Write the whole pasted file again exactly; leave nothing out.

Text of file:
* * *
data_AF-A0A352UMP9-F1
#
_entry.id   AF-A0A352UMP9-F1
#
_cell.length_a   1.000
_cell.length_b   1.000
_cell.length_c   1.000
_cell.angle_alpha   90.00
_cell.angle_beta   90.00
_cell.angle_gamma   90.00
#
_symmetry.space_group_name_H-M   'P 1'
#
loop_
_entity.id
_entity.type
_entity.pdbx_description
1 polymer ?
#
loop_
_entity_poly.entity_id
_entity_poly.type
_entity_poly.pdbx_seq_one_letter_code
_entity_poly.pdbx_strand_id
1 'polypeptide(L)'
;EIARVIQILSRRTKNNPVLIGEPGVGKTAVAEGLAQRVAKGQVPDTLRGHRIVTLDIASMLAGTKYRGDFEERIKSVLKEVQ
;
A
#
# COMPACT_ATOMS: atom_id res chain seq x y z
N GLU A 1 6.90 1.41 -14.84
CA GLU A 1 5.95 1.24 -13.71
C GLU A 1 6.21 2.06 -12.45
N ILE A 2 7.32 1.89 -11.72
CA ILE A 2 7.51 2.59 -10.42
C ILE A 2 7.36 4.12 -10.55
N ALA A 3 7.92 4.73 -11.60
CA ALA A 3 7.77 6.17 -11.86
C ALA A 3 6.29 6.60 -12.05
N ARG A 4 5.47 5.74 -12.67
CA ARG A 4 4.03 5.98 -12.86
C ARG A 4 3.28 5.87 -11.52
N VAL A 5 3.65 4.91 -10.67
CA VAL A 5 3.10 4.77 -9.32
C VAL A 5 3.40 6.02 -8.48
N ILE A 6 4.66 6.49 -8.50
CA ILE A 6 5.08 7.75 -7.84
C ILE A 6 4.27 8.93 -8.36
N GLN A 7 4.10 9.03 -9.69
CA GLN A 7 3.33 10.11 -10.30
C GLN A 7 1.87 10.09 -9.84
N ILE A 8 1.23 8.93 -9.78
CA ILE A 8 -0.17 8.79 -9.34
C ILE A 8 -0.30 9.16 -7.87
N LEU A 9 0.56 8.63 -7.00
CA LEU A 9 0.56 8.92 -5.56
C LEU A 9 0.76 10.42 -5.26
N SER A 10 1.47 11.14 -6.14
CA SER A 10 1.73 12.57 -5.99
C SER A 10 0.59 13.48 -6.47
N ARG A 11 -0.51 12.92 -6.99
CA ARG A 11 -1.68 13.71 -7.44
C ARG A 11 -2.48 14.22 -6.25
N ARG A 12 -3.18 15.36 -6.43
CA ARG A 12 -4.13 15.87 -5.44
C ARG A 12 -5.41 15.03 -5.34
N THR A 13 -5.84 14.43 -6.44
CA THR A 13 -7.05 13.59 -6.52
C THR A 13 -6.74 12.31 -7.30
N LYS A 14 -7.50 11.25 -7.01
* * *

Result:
data_AF-A0A352UMP9-F1
#
_entry.id   AF-A0A352UMP9-F1
#
_cell.length_a   1.000
_cell.length_b   1.000
_cell.length_c   1.000
_cell.angle_alpha   90.00
_cell.angle_beta   90.00
_cell.angle_gamma   90.00
#
_symmetry.space_group_name_H-M   'P 1'
#
loop_
_entity.id
_entity.type
_entity.pdbx_description
1 polymer ?
#
loop_
_entity_poly.entity_id
_entity_poly.type
_entity_poly.pdbx_seq_one_letter_code
_entity_poly.pdbx_strand_id
1 'polypeptide(L)'
;EIARVIQILSRRTKNNPVLIGEPGVGKTAVAEGLAQRVAKGQVPDTLRGHRIVTLDIASMLAGTKYRGDFEERIKSVLKEVQ
;
A
#
# COMPACT_ATOMS: atom_id res chain seq x y z
N GLU A 1 6.90 1.41 -14.84
CA GLU A 1 5.95 1.24 -13.71
C GLU A 1 6.21 2.06 -12.45
N ILE A 2 7.32 1.89 -11.72
CA ILE A 2 7.51 2.59 -10.42
C ILE A 2 7.36 4.12 -10.55
N ALA A 3 7.92 4.73 -11.60
CA ALA A 3 7.77 6.17 -11.86
C ALA A 3 6.29 6.60 -12.05
N ARG A 4 5.47 5.74 -12.67
CA ARG A 4 4.03 5.98 -12.86
C ARG A 4 3.28 5.87 -11.52
N VAL A 5 3.65 4.91 -10.67
CA VAL A 5 3.10 4.77 -9.32
C VAL A 5 3.40 6.02 -8.48
N ILE A 6 4.66 6.49 -8.50
CA ILE A 6 5.08 7.75 -7.84
C ILE A 6 4.27 8.93 -8.36
N GLN A 7 4.10 9.03 -9.69
CA GLN A 7 3.33 10.11 -10.30
C GLN A 7 1.87 10.09 -9.84
N ILE A 8 1.23 8.93 -9.78
CA ILE A 8 -0.17 8.79 -9.34
C ILE A 8 -0.30 9.16 -7.87
N LEU A 9 0.56 8.63 -7.00
CA LEU A 9 0.56 8.92 -5.56
C LEU A 9 0.76 10.42 -5.26
N SER A 10 1.47 11.14 -6.14
CA SER A 10 1.73 12.57 -5.99
C SER A 10 0.59 13.48 -6.47
N ARG A 11 -0.51 12.92 -6.99
CA ARG A 11 -1.68 13.71 -7.44
C ARG A 11 -2.48 14.22 -6.25
N ARG A 12 -3.18 15.36 -6.43
CA ARG A 12 -4.13 15.87 -5.44
C ARG A 12 -5.41 15.03 -5.34
N THR A 13 -5.84 14.43 -6.44
CA THR A 13 -7.05 13.59 -6.52
C THR A 13 -6.74 12.31 -7.30
N LYS A 14 -7.50 11.25 -7.01